This post is part of a series entitled “Resurrection: Answering the Skeptics”, which includes a number of scientists and scholars responding to common questions about science, biblical faith, and the Resurrection of Jesus Christ.
The four Gospels contain somewhat different accounts of the Resurrection of Jesus.
There are differing details about how many women go to the tomb—just Mary Magdalene in John, Mary along with others in Matthew, Mark, and Luke. There are different numbers of angels reported at the tomb—one in Matthew and Mark, two in Luke and John. The sequence of whom Jesus appeared to differs somewhat in the various Gospels. Then there’s the question of where Jesus appeared—in Galilee according to Matthew and Mark, or around Jerusalem according to Luke.
What should we do about these (and other) variations—or even discrepancies—between the Resurrection accounts?
We might try to harmonize them, coming up with an ordered and comprehensive list of events from Jesus’s rising from the dead through his various appearances to his ascension. Some have done with, with varying degrees of persuasiveness.1
On the other hand, we need to be aware that while the Gospels testify to historical events, they are filtered through the memories of those who were there and those who recorded these memories in writing, possibly at second hand. The variations of detail about Jesus’s Resurrection are precisely the sort that are typically found in eyewitness accounts of real events, and suggest that there was no collusion between witnesses.
This, of course, doesn’t “prove” that the Resurrection really happened; there is simply no way to demonstrate absolutely that a unique historical event occurred. There are just varying degrees of plausibility.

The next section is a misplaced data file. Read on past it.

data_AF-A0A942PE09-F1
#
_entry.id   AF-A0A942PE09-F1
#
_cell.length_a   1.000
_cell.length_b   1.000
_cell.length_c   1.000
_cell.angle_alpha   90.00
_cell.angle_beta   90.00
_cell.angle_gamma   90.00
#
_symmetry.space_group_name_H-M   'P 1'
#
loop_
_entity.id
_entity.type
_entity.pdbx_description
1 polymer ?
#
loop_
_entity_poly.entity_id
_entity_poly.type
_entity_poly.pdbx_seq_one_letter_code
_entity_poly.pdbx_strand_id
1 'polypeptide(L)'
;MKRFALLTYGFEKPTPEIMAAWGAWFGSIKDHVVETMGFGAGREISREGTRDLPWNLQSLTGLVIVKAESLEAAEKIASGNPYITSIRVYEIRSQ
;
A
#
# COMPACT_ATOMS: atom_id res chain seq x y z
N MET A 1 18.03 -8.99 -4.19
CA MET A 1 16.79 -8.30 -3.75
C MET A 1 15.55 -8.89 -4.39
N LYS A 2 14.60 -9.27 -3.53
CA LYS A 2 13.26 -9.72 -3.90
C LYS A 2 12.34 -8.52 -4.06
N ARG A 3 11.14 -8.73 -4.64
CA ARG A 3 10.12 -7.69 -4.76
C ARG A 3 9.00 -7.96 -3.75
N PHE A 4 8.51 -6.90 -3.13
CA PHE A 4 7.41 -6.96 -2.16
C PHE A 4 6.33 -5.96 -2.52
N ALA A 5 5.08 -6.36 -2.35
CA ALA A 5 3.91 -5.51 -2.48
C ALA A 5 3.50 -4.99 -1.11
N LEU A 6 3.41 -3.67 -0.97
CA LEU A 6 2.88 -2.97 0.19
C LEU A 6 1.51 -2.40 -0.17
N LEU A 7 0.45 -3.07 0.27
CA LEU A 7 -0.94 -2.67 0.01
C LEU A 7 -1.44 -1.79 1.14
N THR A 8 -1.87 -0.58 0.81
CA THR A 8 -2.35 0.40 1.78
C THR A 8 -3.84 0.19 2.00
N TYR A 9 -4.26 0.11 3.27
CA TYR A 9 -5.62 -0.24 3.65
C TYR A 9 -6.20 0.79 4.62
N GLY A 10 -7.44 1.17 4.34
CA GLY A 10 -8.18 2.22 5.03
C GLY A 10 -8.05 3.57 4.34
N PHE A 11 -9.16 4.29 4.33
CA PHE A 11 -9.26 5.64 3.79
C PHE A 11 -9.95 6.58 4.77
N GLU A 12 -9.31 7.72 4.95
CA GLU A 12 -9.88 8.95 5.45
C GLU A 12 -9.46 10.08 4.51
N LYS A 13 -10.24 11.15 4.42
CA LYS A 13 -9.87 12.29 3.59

We should also be wary of trying to get behind the written record of the Resurrection to the “truth” of what really happened. After all, Christians confess that it is the Scriptures (and not the events behind them) that are inspired by God and meant to lead us to salvation.
One particularly troubling example of an attempt to get at the supposed events behind the Gospels is Harold Lindsell’s reconstruction of Peter’s denial of Jesus in The Battle for the Bible. Given the different Gospel accounts of this event, Lindsell proposed that Peter really denied Jesus six times (and not three times, as the Gospels claimed). And all this was in the name of harmonizing an “inerrant” text.
I am content with what the theologians of the early church called the Fourfold Gospel—four overlapping and coherent (though not quite harmonized) accounts of the life, death, and Resurrection of Jesus (four chosen out of the multitudes of “gospels” that were available in the first centuries of Christianity).
Since no two people (not even believers in the Resurrection) ever see things in exactly the same way, I find that the very complexity and variation of the Gospels (including the Resurrection accounts) ring true to life.